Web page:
And yet the White House held off imposing the most draconian sanctions, including cutting Russia out of the SWIFT financial system. Instead U.S. officials made clear that more severe penalties will come if Putin escalates action further.

A presidency full of crises: Pandemic, insurrection and now a new Cold War?

“This is the beginning of the invasion and this is the beginning of our response,” said Deputy National Security Advisor Daleep Singh, calling the sanctions so far “only the sharp edge of the pain we can inflict.”

The U.S. sanctions are in addition to action Germany took to stop certification of the Russian-owned Nord Stream 2 gas pipeline, a potentially crippling blow to Russia’s plans to link its natural gas supply with Europe.   

White House press secretary Jen Psaki declined to discuss “military movements” when asked what changed in the last 24 hours to change the administration’s assessment about Russia’s actions.

“What we’ve seen is President Putin setting up a rationale to take more territory by force,” Psaki said.

© Efrem Lukatsky, APProtesters in front of the Russian Embassy in Kyiv, Ukraine, on Feb. 22, 2022.

In a rambling speech Monday, Putin called it “madness” that Ukraine has independence and incorrectly claimed that the country was only the product of power-brokering during the beginning of the Soviet Union.

“He’s setting up a rationale to take more territory by force, in my view,” Biden said Tuesday. “And if we listen to his speech last night, and many of you did I know, he’s setting up a rationale to go much further.”

Russia-Ukraine explained: Inside the crisis as US calls Russian movements an invasion

In the days and weeks ahead, Polyakova said Russia could choose a “slow creep” into broader parts of Ukrainian territories, but she said the hundreds of thousands of Russian troops encircling Ukraine indicate a more aggressive move toward the Ukraine capital of Kyiv is still on the table. A third, least likely option she said would be for Russia to remain in the separatist regions of regions of Donetsk and Luhansk.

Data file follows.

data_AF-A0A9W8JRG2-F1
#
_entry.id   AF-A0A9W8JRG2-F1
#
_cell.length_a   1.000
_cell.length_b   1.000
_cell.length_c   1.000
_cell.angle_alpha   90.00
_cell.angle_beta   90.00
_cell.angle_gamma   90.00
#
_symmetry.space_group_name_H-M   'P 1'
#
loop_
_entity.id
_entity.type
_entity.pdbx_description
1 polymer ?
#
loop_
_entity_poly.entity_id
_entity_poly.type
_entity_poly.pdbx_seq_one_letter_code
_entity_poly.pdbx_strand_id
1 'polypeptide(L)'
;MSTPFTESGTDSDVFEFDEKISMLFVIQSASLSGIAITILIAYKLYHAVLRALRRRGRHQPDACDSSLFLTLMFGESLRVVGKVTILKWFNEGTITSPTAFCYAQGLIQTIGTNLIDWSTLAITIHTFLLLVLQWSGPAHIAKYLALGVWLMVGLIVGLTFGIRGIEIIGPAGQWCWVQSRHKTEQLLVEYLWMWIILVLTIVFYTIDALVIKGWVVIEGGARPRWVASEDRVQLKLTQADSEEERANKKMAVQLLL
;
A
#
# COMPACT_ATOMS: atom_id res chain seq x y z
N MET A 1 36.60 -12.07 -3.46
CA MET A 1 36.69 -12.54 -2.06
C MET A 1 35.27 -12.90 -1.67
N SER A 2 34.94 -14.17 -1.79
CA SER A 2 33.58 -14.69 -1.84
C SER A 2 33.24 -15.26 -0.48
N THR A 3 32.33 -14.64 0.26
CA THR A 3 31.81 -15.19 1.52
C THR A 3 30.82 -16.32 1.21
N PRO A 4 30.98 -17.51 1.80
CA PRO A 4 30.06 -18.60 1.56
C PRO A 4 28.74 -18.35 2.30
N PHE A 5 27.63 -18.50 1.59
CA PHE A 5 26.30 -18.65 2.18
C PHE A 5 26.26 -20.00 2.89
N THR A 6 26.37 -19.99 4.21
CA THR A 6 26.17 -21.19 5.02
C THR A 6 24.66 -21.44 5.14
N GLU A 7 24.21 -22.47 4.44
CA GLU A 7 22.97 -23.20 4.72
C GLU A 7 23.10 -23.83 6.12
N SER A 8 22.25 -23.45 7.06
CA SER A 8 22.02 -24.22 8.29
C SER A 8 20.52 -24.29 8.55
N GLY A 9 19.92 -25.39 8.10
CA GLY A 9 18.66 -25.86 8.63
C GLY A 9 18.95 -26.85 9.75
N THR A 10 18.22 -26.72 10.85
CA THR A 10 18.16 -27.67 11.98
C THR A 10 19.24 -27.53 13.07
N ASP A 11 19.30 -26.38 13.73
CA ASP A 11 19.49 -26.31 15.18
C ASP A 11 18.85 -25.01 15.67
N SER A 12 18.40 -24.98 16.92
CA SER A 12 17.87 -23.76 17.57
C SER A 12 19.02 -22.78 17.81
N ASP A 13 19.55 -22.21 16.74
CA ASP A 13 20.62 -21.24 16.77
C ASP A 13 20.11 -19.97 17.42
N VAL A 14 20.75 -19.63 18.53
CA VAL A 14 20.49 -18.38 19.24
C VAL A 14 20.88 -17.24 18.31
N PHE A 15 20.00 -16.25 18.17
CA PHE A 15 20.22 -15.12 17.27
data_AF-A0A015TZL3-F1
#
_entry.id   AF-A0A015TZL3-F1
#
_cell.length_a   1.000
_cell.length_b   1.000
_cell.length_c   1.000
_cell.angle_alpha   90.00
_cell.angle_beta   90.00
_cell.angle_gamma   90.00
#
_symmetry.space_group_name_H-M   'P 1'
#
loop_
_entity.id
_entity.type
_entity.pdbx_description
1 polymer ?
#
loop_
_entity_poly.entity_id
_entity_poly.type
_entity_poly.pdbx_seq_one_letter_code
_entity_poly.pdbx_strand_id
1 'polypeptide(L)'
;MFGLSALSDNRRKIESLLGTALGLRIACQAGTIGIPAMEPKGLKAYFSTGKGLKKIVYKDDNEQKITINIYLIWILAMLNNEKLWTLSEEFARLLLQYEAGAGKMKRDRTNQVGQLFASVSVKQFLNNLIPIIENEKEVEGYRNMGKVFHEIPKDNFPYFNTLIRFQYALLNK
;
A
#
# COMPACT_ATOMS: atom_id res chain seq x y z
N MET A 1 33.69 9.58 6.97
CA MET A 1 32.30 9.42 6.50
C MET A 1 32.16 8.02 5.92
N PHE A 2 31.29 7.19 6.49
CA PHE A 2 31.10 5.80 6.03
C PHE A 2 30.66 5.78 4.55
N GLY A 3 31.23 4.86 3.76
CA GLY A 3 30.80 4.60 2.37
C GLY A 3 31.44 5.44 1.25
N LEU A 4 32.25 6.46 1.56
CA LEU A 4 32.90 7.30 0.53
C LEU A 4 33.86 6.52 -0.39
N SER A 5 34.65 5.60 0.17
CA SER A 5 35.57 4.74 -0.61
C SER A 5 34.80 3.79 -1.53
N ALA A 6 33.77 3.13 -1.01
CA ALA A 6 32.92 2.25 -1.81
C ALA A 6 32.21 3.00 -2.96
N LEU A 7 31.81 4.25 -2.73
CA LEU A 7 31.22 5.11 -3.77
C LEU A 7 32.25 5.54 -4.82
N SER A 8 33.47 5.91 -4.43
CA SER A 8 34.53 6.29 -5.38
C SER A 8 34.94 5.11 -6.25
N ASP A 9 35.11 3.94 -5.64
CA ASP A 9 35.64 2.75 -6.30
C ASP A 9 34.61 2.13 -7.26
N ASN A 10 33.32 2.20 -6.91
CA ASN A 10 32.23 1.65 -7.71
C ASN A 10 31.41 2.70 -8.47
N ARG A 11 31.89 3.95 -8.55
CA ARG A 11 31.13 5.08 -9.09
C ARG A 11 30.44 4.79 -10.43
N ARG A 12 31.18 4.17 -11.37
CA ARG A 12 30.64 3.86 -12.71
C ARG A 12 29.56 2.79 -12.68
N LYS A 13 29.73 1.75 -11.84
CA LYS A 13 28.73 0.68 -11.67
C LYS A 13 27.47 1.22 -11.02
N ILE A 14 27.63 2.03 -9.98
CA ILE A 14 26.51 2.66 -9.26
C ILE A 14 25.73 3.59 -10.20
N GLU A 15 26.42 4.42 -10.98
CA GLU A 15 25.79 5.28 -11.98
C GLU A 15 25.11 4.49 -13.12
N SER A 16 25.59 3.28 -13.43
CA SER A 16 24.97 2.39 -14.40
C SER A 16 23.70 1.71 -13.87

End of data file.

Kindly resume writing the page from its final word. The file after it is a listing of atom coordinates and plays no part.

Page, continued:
“However we respond now will determine which scenario and which path they walk down,” Polyakova said. “This is not the moment for wobbliness and weakness. What the Russians have done has rewritten the rules of the European security order and it will have global consequences.”

© Vadim Ghirda, APA family crosses from pro-Russian separatists controlled territory to Ukrainian government controlled areas in Stanytsia Luhanska, the only crossing point open daily, in the Luhansk region, eastern Ukraine, Tuesday, Feb. 22, 2022.

Angela Stent, a professor of Government and Foreign Service at Georgetown University and director of its Center for Eurasian, Russian, and East European Studies, expressed skepticism that the sanctions would deter Putin.

“Putin and the few people in the Kremlin who seem to be advising (him), they’ve already discounted that,” said Stent, author of “Putin’s World: Russia Against the West and with the Rest.” “They knew there would be sanctions. I don’t think this will really change their plans.”

She said it remains to be seen how Putin will respond next but predicted it’s less likely he will engage in an all-out assault on Kyiv, Ukraine’s capital city, (because) that would be expensive.

Learn: Ukraine-Russia standoff: How do you pronounce Donetsk? And is it Kyiv or Kiev?

“I think this could go on for a long time, and it could be piecemeal,  Stent said. “They could take a little more territory in the Donbass. And then if there’s fighting with the Ukrainians, then they could then use that as an excuse to go further west.”

Putin’s goal has always been to divide countries and the NATO alliance in order to weaken any response to his provocations, according to Ivo Daalder, former ambassador to NATO during the Obama administration and president of the Chicago Council on Global Affairs.

But he miscalculated, Daalder said, pointing to the wave of sanctions that have been announced by western leaders over the last 24 hours.

“He’s constantly thought that NATO was weaker, that the US was weaker, that we were more divided than it turned out,” he said.

Gottemoeller said it’s important for the Western allies to stand together now, not just figurately, but literally.

“I do know that there’s been some consideration of bringing together the leaders of NATO in coming days to basically stand in close ranks, shoulder to shoulder,” she said. “That would be a good thing for President Biden to consider.”

Where is Ukraine?: Where are NATO members? A guide to post-Soviet eastern Europe

Reach Joey Garrison on Twitter @joeygarrison.

This article originally appeared on USA TODAY: ‘Murkiness and doubt’: Putin playbook meant to throw White House, allies off balance on Ukraine invasion

About Royal Rosamond Press

I am an artist, a writer, and a theologian.